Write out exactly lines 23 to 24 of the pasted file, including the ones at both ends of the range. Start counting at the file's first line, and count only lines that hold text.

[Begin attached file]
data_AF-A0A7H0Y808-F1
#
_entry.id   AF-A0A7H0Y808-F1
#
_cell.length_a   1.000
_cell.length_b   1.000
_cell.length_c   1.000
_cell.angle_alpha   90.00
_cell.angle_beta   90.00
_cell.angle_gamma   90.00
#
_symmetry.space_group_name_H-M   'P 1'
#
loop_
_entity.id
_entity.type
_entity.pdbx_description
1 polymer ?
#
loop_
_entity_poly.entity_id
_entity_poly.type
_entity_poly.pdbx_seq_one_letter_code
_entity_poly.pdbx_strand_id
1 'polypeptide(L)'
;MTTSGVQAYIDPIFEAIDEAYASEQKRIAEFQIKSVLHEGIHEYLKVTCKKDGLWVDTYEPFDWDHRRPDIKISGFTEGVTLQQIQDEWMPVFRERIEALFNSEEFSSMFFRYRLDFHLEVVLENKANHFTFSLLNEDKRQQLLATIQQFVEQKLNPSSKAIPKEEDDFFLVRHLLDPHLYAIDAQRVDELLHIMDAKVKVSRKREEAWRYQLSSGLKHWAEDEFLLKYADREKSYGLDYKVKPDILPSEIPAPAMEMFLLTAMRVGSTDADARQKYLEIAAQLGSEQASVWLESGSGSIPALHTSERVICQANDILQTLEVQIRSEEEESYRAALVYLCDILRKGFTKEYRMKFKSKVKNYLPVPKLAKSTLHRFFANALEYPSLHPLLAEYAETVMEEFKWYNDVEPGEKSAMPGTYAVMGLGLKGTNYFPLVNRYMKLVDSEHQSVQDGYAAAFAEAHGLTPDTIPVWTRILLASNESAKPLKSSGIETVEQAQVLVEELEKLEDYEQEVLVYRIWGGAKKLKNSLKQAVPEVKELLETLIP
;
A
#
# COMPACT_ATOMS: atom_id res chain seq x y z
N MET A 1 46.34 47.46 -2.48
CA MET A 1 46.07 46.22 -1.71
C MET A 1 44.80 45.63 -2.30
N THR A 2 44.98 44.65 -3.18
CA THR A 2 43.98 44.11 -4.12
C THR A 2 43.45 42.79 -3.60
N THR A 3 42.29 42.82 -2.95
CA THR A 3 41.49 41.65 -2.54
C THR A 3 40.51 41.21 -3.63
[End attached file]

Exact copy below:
_entity_poly.pdbx_seq_one_letter_code
_entity_poly.pdbx_strand_id